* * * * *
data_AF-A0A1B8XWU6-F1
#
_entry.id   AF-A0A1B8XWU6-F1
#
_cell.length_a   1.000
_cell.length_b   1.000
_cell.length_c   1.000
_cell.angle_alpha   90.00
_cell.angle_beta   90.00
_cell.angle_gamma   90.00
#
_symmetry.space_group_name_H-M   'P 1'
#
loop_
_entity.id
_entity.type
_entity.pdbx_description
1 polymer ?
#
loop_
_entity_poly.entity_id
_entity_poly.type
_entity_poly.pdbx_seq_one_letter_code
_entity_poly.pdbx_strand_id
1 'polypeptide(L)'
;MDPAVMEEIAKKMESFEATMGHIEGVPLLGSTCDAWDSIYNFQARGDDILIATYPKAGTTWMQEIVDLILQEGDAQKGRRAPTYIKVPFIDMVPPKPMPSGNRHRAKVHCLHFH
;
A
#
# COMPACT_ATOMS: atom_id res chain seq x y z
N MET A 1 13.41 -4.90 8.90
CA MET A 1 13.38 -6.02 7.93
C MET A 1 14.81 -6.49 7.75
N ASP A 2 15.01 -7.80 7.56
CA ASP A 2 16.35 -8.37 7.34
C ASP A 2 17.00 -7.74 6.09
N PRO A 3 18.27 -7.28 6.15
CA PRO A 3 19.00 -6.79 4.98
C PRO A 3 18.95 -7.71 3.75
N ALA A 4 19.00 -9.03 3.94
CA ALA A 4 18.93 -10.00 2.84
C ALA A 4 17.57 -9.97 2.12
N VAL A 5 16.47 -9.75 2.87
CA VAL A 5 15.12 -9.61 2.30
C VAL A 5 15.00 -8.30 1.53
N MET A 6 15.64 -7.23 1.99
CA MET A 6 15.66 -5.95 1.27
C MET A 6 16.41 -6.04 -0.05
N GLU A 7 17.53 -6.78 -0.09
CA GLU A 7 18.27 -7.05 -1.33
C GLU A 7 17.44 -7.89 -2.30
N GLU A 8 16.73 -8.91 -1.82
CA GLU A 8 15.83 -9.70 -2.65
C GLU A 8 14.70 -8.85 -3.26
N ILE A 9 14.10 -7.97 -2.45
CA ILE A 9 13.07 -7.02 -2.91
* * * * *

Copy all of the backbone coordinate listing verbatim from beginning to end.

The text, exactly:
data_AF-A0A1B8XWU6-F1
#
_entry.id   AF-A0A1B8XWU6-F1
#
_cell.length_a   1.000
_cell.length_b   1.000
_cell.length_c   1.000
_cell.angle_alpha   90.00
_cell.angle_beta   90.00
_cell.angle_gamma   90.00
#
_symmetry.space_group_name_H-M   'P 1'
#
loop_
_entity.id
_entity.type
_entity.pdbx_description
1 polymer ?
#
loop_
_entity_poly.entity_id
_entity_poly.type
_entity_poly.pdbx_seq_one_letter_code
_entity_poly.pdbx_strand_id
1 'polypeptide(L)'
;MDPAVMEEIAKKMESFEATMGHIEGVPLLGSTCDAWDSIYNFQARGDDILIATYPKAGTTWMQEIVDLILQEGDAQKGRRAPTYIKVPFIDMVPPKPMPSGNRHRAKVHCLHFH
;
A
#
# COMPACT_ATOMS: atom_id res chain seq x y z
N MET A 1 13.41 -4.90 8.90
CA MET A 1 13.38 -6.02 7.93
C MET A 1 14.81 -6.49 7.75
N ASP A 2 15.01 -7.80 7.56
CA ASP A 2 16.35 -8.37 7.34
C ASP A 2 17.00 -7.74 6.09
N PRO A 3 18.27 -7.28 6.15
CA PRO A 3 19.00 -6.79 4.98
C PRO A 3 18.95 -7.71 3.75
N ALA A 4 19.00 -9.03 3.94
CA ALA A 4 18.93 -10.00 2.84
C ALA A 4 17.57 -9.97 2.12
N VAL A 5 16.47 -9.75 2.87
CA VAL A 5 15.12 -9.61 2.30
C VAL A 5 15.00 -8.30 1.53
N MET A 6 15.64 -7.23 1.99
CA MET A 6 15.66 -5.95 1.27
C MET A 6 16.41 -6.04 -0.05
N GLU A 7 17.53 -6.78 -0.09
CA GLU A 7 18.27 -7.05 -1.33
C GLU A 7 17.44 -7.89 -2.30
N GLU A 8 16.73 -8.91 -1.82
CA GLU A 8 15.83 -9.70 -2.65
C GLU A 8 14.70 -8.85 -3.26
N ILE A 9 14.10 -7.97 -2.45
CA ILE A 9 13.07 -7.02 -2.91